The accuracy of different radiologic criteria used to detect cervical lymph node metastasis showed that shape was not a valuable criterion for the radiologic assessment of the cervical lymph nodes. [9]

The shape of lymph nodes on the basis of longitudinal to transverse diameter ratio has been proposed to yield a specificity and sensitivity of 96% in sonography, 94% in MRI and 97% in contrast-enhanced CT. In lymph nodes larger than 8 mm, a ratio greater than 2 was suggested to indicate lymphadenitis with a sensitivity and specificity of 97%. Metastasis were said to show a ratio of less than 2 with a sensitivity of 87% and a specificity of 89%, [6] whereas it was not likely with the other studies.

The positive rate was 93% and 63% for well-delineated and poorly delineated lymph nodes, respectively and a well-delineated boundary is therefore highly likely to be consistent with metastasis.

Postoperatively, histologic examination suggested that the poorly defined margin in the negative lymph nodes was due to either a large amount of lymphoid cell component or a small difference in acoustic impedance between the intranodal and surrounding areas resulting from extensive fat infiltration.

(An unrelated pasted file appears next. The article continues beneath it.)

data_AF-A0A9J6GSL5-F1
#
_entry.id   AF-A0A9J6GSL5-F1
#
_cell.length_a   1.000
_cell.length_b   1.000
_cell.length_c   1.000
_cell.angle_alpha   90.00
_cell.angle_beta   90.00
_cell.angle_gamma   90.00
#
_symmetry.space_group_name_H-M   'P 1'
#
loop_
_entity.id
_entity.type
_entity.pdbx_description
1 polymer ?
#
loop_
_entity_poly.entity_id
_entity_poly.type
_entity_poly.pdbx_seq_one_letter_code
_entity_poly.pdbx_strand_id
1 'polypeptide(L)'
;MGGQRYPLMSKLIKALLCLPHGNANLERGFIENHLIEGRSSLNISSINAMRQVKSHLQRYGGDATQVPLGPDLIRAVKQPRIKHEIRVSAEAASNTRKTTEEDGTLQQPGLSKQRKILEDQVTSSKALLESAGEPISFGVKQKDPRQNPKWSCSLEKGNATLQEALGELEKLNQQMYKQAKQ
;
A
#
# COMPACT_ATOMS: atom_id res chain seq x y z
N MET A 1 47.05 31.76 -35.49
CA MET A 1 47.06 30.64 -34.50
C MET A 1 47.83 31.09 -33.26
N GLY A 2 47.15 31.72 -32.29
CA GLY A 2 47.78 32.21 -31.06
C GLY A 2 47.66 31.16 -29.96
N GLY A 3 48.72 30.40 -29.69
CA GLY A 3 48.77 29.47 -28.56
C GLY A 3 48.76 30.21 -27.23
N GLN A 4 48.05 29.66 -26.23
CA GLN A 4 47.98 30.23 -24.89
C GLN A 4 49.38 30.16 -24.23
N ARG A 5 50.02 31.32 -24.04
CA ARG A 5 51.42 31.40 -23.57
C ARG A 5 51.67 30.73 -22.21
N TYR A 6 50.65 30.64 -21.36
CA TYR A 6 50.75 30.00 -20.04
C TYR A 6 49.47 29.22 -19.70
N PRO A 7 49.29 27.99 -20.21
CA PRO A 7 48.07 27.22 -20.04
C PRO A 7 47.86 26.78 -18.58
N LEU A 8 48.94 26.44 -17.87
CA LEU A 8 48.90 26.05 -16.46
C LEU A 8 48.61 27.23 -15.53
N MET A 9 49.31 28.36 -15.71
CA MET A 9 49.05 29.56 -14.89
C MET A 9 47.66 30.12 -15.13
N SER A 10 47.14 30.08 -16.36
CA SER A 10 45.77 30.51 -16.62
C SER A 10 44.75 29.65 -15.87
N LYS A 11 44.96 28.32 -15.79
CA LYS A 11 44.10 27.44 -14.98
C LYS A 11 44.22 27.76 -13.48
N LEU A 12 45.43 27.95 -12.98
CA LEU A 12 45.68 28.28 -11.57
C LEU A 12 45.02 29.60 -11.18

On the other hand, in the positive lymph nodes the margin has been clear, since both internal necrosis and fibrosis with tumor cell infiltration were frequently noted in the walls of the node. Similar findings were reported in the literature. [10]

In the present study, the boundary was well delineated in 68% (41/60) of the lymph nodes and for these the histologic positive rate was 93%, but for the poorly delineated it was only 68%. The USG findings did not show much change in significance for lymph nodes with well-delineated and poorly delineated boundaries. Many of the metastatic cervical lymph nodes were well delineated and the positive rate was 93%.

Ultrasonographic images of the salivary glands, tongue and floor of the mouth have been reported to be poorly defined and inhomogeneous.

In a patient with esophageal and gastric cancer, USG scans revealed that all the lymph nodes surrounding the celiac axis were well delineated. [11]

In the present study, the internal echo findings were classified as homogenous and hypoechoeic. The most frequent pattern was homogenous followed by hypoechoeic pattern. The histologic positive rate was 83% and 88%, respectively. The USG findings showed no significant change when echo patterns were considered, as the positive rate for metastasis ranged from 83% to 88%.